THE Lord Advocate has written to a Tory-led Holyrood committee over an “inappropriate” bid to influence prosecution guidelines.

Dorothy Bain KC wrote to Sue Webber MSP, convener of the Education, Children and Young People Committee which is currently scrutinising the Children (Care and Justice) (Scotland) Bill.

The committee stated that the Lord Advocate should make “careful consideration” of the views of young people when revisiting guidelines on offences committed by children.

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However, the Lord Advocate stated that it was a “fundamental principle of Scots constitutional law” that she “takes decisions independently of any other person”.

Bain added that the committee recommendations were against its constitutional principles “to seek to influence the content of prosecution policy, including the Guidelines”.

The Lord Advocate was highly critical in the letter, adding that she was “disappointed” the committee made the recommendation.

In the committee’s Stage 1 report, published on June 13, MSPs recommended that: “When the Lord Advocate’s Guidelines are next revisited, careful consideration is given as to how the views of the child or young person are factored into the Procurator Fiscal’s decision-making process when identifying a) if a prosecution is in the public interest and b) whether a case should be disposed of via the courts or via the Children’s Hearing System.

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“In making this recommendation, the Committee is mindful that the process should include the views both of the young person accused of an offence and any young person harmed as a result of that behaviour.”

The committee has 10 MSPs including Webber (pictured above) who are scrutinising the legislation, with SNP MSP Ben Macpherson serving as deputy convener.

SNP MSPs Stephanie Callaghan, Bill Kidd, Ruth Maguire, and Michelle Thompson also sit on the committee, alongside Tory MSP Stephen Kerr, Labour’s Pam Duncan-Glancy, Ross Greer for the Scottish Greens and Willie Rennie for the LibDems.

In her letter to the committee convener, Bain wrote that the doctrine asserting that the Lord Advocate takes decisions independently pre-dates devolution but is included in the Scotland Act.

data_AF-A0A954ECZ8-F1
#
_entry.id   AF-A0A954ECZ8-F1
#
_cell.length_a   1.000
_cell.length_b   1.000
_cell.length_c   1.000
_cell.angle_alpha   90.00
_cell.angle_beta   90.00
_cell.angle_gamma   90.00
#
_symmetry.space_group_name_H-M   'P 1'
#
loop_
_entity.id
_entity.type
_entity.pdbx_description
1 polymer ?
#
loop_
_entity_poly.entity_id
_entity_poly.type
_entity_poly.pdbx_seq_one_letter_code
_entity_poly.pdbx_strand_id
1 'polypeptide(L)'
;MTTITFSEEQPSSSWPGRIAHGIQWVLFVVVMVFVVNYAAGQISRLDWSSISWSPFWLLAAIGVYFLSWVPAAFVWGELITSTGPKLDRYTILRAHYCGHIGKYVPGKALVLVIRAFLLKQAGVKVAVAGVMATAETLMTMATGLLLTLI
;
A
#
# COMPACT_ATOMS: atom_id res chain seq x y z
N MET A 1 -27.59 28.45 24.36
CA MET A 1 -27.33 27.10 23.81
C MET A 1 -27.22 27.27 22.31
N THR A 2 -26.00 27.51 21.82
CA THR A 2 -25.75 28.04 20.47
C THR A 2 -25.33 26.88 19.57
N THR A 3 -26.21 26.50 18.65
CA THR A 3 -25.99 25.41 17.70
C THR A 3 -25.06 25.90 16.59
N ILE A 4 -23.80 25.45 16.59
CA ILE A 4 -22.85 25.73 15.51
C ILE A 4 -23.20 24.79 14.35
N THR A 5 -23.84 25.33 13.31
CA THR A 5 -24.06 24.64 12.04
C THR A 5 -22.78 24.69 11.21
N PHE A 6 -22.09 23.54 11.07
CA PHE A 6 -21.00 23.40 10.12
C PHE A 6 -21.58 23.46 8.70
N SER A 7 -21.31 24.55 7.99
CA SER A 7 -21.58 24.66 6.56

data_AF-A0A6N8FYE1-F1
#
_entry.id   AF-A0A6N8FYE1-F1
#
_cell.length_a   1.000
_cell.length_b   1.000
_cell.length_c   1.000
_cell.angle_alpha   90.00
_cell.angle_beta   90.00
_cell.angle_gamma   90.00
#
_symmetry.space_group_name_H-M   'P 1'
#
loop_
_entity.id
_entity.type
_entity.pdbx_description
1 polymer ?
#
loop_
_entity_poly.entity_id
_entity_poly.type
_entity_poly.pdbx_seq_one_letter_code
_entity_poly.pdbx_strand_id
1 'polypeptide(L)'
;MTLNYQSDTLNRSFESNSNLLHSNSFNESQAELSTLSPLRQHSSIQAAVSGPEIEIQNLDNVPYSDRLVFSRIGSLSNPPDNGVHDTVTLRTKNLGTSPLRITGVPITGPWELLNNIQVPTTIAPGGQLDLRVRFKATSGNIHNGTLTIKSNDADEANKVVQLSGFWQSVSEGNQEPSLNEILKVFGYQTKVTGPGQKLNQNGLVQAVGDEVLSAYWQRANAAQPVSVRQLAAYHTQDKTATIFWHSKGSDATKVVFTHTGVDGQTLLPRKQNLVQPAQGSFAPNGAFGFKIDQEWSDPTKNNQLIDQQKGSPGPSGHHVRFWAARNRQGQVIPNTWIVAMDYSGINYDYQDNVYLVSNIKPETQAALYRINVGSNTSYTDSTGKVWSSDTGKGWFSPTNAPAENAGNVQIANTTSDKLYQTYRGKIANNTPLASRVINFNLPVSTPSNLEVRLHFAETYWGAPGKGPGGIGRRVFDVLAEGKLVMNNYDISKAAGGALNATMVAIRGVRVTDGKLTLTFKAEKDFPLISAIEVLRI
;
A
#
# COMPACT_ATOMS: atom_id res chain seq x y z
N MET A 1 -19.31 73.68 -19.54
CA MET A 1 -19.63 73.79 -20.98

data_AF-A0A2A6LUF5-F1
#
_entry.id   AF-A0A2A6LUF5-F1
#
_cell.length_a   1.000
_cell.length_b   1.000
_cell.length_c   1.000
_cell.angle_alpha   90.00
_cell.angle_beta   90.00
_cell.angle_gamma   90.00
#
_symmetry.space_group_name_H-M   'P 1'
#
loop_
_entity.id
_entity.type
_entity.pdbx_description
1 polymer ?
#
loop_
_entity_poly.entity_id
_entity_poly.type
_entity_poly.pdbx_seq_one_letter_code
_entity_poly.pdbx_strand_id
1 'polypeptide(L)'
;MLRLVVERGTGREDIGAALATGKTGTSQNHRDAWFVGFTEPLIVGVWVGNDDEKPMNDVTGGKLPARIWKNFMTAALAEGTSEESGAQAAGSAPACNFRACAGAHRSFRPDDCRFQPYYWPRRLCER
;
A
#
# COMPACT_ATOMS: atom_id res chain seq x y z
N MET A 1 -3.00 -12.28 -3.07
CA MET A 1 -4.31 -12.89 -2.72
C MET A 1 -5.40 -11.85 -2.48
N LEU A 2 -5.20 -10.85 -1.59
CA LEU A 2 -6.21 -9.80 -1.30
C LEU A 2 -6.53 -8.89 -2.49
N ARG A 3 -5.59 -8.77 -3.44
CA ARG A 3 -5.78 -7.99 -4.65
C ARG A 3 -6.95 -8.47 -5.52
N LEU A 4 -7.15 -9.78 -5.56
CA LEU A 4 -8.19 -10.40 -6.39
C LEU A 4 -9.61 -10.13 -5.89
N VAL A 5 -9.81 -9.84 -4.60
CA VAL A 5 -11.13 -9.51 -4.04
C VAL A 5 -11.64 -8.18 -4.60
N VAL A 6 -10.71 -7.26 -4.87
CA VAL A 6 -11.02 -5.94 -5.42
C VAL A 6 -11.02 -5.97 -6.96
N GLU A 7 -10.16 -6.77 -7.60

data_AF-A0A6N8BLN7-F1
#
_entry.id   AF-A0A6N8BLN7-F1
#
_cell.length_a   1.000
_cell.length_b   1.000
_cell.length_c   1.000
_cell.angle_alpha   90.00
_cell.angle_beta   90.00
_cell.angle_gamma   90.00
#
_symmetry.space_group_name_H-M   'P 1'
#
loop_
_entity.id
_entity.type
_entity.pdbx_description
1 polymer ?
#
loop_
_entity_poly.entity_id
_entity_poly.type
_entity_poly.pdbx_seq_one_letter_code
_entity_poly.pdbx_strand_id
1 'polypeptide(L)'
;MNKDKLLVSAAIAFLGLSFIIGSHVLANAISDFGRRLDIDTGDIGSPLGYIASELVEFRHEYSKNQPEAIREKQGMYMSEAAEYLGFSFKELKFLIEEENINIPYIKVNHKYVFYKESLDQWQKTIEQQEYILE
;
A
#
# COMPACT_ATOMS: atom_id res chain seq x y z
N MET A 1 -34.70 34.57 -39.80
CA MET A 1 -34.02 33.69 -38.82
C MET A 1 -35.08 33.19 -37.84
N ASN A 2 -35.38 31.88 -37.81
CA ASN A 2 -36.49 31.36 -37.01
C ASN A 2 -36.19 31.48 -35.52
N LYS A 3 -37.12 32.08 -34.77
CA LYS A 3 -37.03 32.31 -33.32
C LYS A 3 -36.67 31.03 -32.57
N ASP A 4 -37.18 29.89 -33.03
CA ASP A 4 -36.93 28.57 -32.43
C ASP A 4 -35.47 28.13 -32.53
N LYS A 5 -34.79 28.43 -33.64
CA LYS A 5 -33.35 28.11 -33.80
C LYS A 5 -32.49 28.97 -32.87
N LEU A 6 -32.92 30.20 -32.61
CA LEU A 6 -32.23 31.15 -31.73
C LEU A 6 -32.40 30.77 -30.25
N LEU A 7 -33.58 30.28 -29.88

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“This principle is not restricted to independence in prosecutorial decision-making,” Bain wrote.

“It extends to the content of prosecution policy, for which I am responsible.

“It runs counter to this constitutional principle for the Committee – or any other person – to seek to influence the content of prosecution policy, including the Guidelines.

“With respect, it was inappropriate for the Committee to make a recommendation of this nature and I am disappointed that it did so.”

The Lord Advocate added that she hopes her letter “does not detract from the importance of the substantive issues at which the Committee’s recommendation was directed”.

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Bain (pictured above) added that the Crown Office and Procurator Fiscal Service (COPFS) is reviewing the guidelines under her direction, and considering the Crown’s legal obligations, particularly under the United Nations Convention on the Rights of the Child (UNCRC), are core to that review.

“This of course includes the requirement to give due weight to the child’s views according to their age and maturity,” Bain added.

“I trust that this is of reassurance to the Committee.”

Bain also said in the letter that the Scottish Government had already set out why it disagreed with the recommendation and that it was inappropriate for the committee to make it in the first instance.